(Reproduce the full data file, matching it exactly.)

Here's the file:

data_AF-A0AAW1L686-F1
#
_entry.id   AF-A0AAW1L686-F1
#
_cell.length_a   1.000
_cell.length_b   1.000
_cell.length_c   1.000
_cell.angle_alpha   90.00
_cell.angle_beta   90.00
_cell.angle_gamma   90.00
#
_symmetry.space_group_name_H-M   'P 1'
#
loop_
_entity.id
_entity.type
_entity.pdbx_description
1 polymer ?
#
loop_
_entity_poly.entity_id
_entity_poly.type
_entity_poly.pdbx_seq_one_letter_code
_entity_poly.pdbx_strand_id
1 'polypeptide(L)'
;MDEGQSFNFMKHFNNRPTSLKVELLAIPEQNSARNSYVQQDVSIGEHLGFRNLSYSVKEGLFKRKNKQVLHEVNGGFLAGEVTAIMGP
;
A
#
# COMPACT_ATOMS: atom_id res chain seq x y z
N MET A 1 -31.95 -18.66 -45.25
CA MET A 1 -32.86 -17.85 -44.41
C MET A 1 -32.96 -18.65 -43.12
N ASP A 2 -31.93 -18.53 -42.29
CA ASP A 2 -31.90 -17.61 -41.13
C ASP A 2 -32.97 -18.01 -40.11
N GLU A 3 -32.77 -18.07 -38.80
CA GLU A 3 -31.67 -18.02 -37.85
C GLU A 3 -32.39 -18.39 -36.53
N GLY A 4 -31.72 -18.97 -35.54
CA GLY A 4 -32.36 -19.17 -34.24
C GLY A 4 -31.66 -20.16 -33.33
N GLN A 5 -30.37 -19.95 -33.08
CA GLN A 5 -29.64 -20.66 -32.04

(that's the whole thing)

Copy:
data_AF-A0AAW1L686-F1
#
_entry.id   AF-A0AAW1L686-F1
#
_cell.length_a   1.000
_cell.length_b   1.000
_cell.length_c   1.000
_cell.angle_alpha   90.00
_cell.angle_beta   90.00
_cell.angle_gamma   90.00
#
_symmetry.space_group_name_H-M   'P 1'
#
loop_
_entity.id
_entity.type
_entity.pdbx_description
1 polymer ?
#
loop_
_entity_poly.entity_id
_entity_poly.type
_entity_poly.pdbx_seq_one_letter_code
_entity_poly.pdbx_strand_id
1 'polypeptide(L)'
;MDEGQSFNFMKHFNNRPTSLKVELLAIPEQNSARNSYVQQDVSIGEHLGFRNLSYSVKEGLFKRKNKQVLHEVNGGFLAGEVTAIMGP
;
A
#
# COMPACT_ATOMS: atom_id res chain seq x y z
N MET A 1 -31.95 -18.66 -45.25
CA MET A 1 -32.86 -17.85 -44.41
C MET A 1 -32.96 -18.65 -43.12
N ASP A 2 -31.93 -18.53 -42.29
CA ASP A 2 -31.90 -17.61 -41.13
C ASP A 2 -32.97 -18.01 -40.11
N GLU A 3 -32.77 -18.07 -38.80
CA GLU A 3 -31.67 -18.02 -37.85
C GLU A 3 -32.39 -18.39 -36.53
N GLY A 4 -31.72 -18.97 -35.54
CA GLY A 4 -32.36 -19.17 -34.24
C GLY A 4 -31.66 -20.16 -33.33
N GLN A 5 -30.37 -19.95 -33.08
CA GLN A 5 -29.64 -20.66 -32.04